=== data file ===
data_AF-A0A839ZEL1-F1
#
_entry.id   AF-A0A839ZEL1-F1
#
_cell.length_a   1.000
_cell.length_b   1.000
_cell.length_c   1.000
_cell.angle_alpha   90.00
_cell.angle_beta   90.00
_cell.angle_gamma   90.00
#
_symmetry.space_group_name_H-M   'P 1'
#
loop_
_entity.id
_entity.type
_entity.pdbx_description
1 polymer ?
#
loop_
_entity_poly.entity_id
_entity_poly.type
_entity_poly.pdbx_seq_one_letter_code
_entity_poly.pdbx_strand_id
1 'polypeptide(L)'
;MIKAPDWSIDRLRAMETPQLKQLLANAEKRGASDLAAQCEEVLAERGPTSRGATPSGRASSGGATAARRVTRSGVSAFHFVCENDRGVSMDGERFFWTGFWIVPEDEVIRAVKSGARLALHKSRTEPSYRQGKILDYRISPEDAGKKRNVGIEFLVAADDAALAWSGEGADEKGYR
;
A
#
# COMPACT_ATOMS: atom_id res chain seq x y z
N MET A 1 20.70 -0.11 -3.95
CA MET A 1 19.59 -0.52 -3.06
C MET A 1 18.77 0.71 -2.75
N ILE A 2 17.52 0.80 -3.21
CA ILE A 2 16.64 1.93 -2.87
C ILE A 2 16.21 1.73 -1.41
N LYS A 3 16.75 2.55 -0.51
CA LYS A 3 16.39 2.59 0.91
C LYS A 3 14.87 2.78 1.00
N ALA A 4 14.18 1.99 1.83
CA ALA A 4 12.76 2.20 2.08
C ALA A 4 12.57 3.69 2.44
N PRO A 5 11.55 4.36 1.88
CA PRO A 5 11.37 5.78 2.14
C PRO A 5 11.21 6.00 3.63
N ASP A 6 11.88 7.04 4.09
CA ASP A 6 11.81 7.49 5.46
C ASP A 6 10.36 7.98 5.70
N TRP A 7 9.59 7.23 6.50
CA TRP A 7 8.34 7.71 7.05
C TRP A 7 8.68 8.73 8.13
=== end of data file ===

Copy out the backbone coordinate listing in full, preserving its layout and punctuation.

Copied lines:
data_AF-A0A839ZEL1-F1
#
_entry.id   AF-A0A839ZEL1-F1
#
_cell.length_a   1.000
_cell.length_b   1.000
_cell.length_c   1.000
_cell.angle_alpha   90.00
_cell.angle_beta   90.00
_cell.angle_gamma   90.00
#
_symmetry.space_group_name_H-M   'P 1'
#
loop_
_entity.id
_entity.type
_entity.pdbx_description
1 polymer ?
#
loop_
_entity_poly.entity_id
_entity_poly.type
_entity_poly.pdbx_seq_one_letter_code
_entity_poly.pdbx_strand_id
1 'polypeptide(L)'
;MIKAPDWSIDRLRAMETPQLKQLLANAEKRGASDLAAQCEEVLAERGPTSRGATPSGRASSGGATAARRVTRSGVSAFHFVCENDRGVSMDGERFFWTGFWIVPEDEVIRAVKSGARLALHKSRTEPSYRQGKILDYRISPEDAGKKRNVGIEFLVAADDAALAWSGEGADEKGYR
;
A
#
# COMPACT_ATOMS: atom_id res chain seq x y z
N MET A 1 20.70 -0.11 -3.95
CA MET A 1 19.59 -0.52 -3.06
C MET A 1 18.77 0.71 -2.75
N ILE A 2 17.52 0.80 -3.21
CA ILE A 2 16.64 1.93 -2.87
C ILE A 2 16.21 1.73 -1.41
N LYS A 3 16.75 2.55 -0.51
CA LYS A 3 16.39 2.59 0.91
C LYS A 3 14.87 2.78 1.00
N ALA A 4 14.18 1.99 1.83
CA ALA A 4 12.76 2.20 2.08
C ALA A 4 12.57 3.69 2.44
N PRO A 5 11.55 4.36 1.88
CA PRO A 5 11.37 5.78 2.14
C PRO A 5 11.21 6.00 3.63
N ASP A 6 11.88 7.04 4.09
CA ASP A 6 11.81 7.49 5.46
C ASP A 6 10.36 7.98 5.70
N TRP A 7 9.59 7.23 6.50
CA TRP A 7 8.34 7.71 7.05
C TRP A 7 8.68 8.73 8.13